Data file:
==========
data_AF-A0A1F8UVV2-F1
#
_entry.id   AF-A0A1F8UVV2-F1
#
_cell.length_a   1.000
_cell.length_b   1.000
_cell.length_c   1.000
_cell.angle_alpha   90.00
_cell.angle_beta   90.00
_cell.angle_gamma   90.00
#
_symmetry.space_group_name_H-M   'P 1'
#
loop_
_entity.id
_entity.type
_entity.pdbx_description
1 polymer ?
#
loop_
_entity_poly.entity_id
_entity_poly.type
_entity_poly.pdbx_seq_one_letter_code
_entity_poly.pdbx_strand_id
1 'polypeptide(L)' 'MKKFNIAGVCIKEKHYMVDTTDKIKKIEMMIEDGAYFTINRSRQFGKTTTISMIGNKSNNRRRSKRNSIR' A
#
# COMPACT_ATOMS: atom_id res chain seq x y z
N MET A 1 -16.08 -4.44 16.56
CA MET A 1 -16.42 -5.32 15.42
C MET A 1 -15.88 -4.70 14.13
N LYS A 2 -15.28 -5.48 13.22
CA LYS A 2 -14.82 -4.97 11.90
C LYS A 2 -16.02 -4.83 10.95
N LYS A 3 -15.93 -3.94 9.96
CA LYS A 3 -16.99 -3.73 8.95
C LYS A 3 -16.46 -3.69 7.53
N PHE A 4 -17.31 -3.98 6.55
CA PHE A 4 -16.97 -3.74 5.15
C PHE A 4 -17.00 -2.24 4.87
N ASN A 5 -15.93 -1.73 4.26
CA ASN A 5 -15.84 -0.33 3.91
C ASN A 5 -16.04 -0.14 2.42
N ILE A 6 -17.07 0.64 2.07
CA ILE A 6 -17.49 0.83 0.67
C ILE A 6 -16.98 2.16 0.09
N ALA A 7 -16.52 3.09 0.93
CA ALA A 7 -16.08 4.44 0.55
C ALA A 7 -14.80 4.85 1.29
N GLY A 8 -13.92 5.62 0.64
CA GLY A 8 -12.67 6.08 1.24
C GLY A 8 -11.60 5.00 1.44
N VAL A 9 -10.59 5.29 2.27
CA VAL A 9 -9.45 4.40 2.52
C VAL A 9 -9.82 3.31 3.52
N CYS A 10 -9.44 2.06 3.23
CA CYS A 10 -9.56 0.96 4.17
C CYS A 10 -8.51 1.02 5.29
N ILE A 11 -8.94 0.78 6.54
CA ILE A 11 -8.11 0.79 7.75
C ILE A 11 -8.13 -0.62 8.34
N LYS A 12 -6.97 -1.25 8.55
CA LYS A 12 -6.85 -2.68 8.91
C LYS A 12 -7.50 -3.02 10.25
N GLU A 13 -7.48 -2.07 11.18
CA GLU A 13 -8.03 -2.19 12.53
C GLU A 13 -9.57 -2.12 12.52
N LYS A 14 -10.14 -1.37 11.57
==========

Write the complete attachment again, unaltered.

data_AF-A0A1F8UVV2-F1
#
_entry.id   AF-A0A1F8UVV2-F1
#
_cell.length_a   1.000
_cell.length_b   1.000
_cell.length_c   1.000
_cell.angle_alpha   90.00
_cell.angle_beta   90.00
_cell.angle_gamma   90.00
#
_symmetry.space_group_name_H-M   'P 1'
#
loop_
_entity.id
_entity.type
_entity.pdbx_description
1 polymer ?
#
loop_
_entity_poly.entity_id
_entity_poly.type
_entity_poly.pdbx_seq_one_letter_code
_entity_poly.pdbx_strand_id
1 'polypeptide(L)' 'MKKFNIAGVCIKEKHYMVDTTDKIKKIEMMIEDGAYFTINRSRQFGKTTTISMIGNKSNNRRRSKRNSIR' A
#
# COMPACT_ATOMS: atom_id res chain seq x y z
N MET A 1 -16.08 -4.44 16.56
CA MET A 1 -16.42 -5.32 15.42
C MET A 1 -15.88 -4.70 14.13
N LYS A 2 -15.28 -5.48 13.22
CA LYS A 2 -14.82 -4.97 11.90
C LYS A 2 -16.02 -4.83 10.95
N LYS A 3 -15.93 -3.94 9.96
CA LYS A 3 -16.99 -3.73 8.95
C LYS A 3 -16.46 -3.69 7.53
N PHE A 4 -17.31 -3.98 6.55
CA PHE A 4 -16.97 -3.74 5.15
C PHE A 4 -17.00 -2.24 4.87
N ASN A 5 -15.93 -1.73 4.26
CA ASN A 5 -15.84 -0.33 3.91
C ASN A 5 -16.04 -0.14 2.42
N ILE A 6 -17.07 0.64 2.07
CA ILE A 6 -17.49 0.83 0.67
C ILE A 6 -16.98 2.16 0.09
N ALA A 7 -16.52 3.09 0.93
CA ALA A 7 -16.08 4.44 0.55
C ALA A 7 -14.80 4.85 1.29
N GLY A 8 -13.92 5.62 0.64
CA GLY A 8 -12.67 6.08 1.24
C GLY A 8 -11.60 5.00 1.44
N VAL A 9 -10.59 5.29 2.27
CA VAL A 9 -9.45 4.40 2.52
C VAL A 9 -9.82 3.31 3.52
N CYS A 10 -9.44 2.06 3.23
CA CYS A 10 -9.56 0.96 4.17
C CYS A 10 -8.51 1.02 5.29
N ILE A 11 -8.94 0.78 6.54
CA ILE A 11 -8.11 0.79 7.75
C ILE A 11 -8.13 -0.62 8.34
N LYS A 12 -6.97 -1.25 8.55
CA LYS A 12 -6.85 -2.68 8.91
C LYS A 12 -7.50 -3.02 10.25
N GLU A 13 -7.48 -2.07 11.18
CA GLU A 13 -8.03 -2.19 12.53
C GLU A 13 -9.57 -2.12 12.52
N LYS A 14 -10.14 -1.37 11.57